Radiation therapy for cancer uses high-energy particles or waves to attack tumor cells. Modern radiation machines employ multiple beams of radiation that are directed at different angles and toward different parts of the body.
This technique is focused on treating the primary tumor while limiting radiation exposure to healthy adjacent tissue. Modern radiation techniques allow for movement in the abdomen while a patient breathes and can better target the tumors during that motion.
Similar to an X-ray, radiation treatment does not cause pain when administered and will not leave patients radioactive.
Radiation Therapy Side Effects
Some of the most common side effects of radiation include the following:
- Skin changes (redness, blistering or peeling)
- Nausea and vomiting
- Weight loss
Radiation Treatment Schedule
Standard radiation therapy is delivered five days a week for several weeks. Each treatment session takes approximately 15–20 minutes. Often, patients receiving radiation therapy are given an oral chemotherapy on the days of radiation therapy to improve the efficacy of radiation.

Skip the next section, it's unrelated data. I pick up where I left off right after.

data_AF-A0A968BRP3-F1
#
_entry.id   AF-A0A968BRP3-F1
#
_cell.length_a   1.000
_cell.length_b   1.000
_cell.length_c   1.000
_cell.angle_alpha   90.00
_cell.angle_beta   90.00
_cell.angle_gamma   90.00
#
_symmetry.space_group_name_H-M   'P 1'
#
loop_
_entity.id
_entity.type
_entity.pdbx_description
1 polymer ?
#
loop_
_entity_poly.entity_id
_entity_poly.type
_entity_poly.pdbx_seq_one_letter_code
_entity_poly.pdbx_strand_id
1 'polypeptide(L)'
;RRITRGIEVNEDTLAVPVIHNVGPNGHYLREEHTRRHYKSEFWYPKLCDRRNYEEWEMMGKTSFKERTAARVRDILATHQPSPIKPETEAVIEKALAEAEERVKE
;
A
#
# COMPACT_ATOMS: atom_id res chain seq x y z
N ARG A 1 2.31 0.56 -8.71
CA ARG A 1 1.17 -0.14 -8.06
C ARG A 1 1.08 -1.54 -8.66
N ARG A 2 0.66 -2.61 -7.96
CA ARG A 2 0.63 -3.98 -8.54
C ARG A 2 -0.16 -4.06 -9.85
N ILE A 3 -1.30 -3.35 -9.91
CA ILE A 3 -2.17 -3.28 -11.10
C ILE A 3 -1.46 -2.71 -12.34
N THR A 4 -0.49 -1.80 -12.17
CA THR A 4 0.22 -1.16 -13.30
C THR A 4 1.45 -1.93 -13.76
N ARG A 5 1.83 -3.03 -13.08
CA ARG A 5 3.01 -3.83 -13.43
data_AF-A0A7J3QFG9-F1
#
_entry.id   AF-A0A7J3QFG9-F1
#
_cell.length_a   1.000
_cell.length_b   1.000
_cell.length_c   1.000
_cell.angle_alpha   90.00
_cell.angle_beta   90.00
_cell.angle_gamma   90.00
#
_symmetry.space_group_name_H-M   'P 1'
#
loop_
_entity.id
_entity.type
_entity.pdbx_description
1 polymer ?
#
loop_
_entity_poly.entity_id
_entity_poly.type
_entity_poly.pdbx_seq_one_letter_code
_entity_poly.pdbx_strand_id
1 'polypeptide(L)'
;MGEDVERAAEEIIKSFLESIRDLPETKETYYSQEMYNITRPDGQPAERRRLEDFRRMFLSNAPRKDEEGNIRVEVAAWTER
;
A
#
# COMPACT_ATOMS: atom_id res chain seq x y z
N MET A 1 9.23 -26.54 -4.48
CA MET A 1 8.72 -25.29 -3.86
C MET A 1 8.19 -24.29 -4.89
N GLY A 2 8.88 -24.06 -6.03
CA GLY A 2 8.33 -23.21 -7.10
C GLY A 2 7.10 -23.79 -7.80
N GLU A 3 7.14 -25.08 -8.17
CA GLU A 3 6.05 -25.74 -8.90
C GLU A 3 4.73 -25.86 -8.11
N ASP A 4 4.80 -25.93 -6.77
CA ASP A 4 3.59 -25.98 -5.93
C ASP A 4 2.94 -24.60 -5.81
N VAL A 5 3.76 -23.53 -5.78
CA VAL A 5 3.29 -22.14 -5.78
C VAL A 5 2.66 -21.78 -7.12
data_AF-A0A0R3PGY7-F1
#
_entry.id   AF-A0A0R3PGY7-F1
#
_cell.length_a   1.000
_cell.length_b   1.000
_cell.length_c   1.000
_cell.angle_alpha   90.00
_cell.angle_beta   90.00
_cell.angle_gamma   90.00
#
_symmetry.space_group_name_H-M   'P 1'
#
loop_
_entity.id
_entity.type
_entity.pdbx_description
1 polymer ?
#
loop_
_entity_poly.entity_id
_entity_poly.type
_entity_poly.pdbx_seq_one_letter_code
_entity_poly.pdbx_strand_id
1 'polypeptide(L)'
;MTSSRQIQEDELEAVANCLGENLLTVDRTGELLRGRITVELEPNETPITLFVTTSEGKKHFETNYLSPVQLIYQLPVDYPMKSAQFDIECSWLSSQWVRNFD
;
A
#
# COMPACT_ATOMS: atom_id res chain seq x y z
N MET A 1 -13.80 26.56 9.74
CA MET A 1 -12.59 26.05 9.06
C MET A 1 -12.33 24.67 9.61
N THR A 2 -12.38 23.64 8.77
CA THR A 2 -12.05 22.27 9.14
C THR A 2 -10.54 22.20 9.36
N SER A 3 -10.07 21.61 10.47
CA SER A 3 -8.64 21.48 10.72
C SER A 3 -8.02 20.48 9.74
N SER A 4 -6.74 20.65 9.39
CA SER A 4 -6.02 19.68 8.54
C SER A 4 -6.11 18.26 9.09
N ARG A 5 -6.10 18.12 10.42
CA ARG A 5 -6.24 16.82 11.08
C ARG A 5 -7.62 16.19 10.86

In some cases, patients may receive palliative radiation therapy for pancreatic cancer. This treatment is typically given to relieve pain or slow local tumor growth.
More Information About Pancreatic Cancer from Johns Hopkins Medicine
Potential New Therapies Help Outsmart Pancreatic Cancer
Pancreatic cancer is challenging to treat. A Johns Hopkins surgeon details the latest treatment breakthroughs.
Research teams around the world are working to uncover novel ways to attack this disease. Every day doctors learn more about how new treatments, such as immunotherapies, could help treat pancreatic cancer more effectively.
Stereotactic Body Radiation Therapy (SBRT)
SBRT is a form of focused radiation used to treat brain and lung tumors. This technique uses high doses of precisely targeted beams of radiation instead of scalpels to cut through tumors and kill cancer cells. Using only one to five treatments, it can be a valuable tool in treating cancer as these targeted beams can reach tumors in patients who do not quality for or choose not to have surgery .
This exciting area of radiation therapy may help advance care for patients with pancreatic cancer. As it only requires up to five days of therapy , compared with five or six weeks of traditional radiation therapy, SBRT is more convenient for patients. Early research suggests that SBRT may be more biologically effective against tumors than traditional radiation therapy and carry a low risk of complications .
SBRT is usually recommended for treating early-stage cancer. Since higher doses of radiation can mean greater toxic side effects to normal tissue, this therapy should only be administered by physicians experienced in its delivery.
More Information About Pancreatic Cancer in the Health Library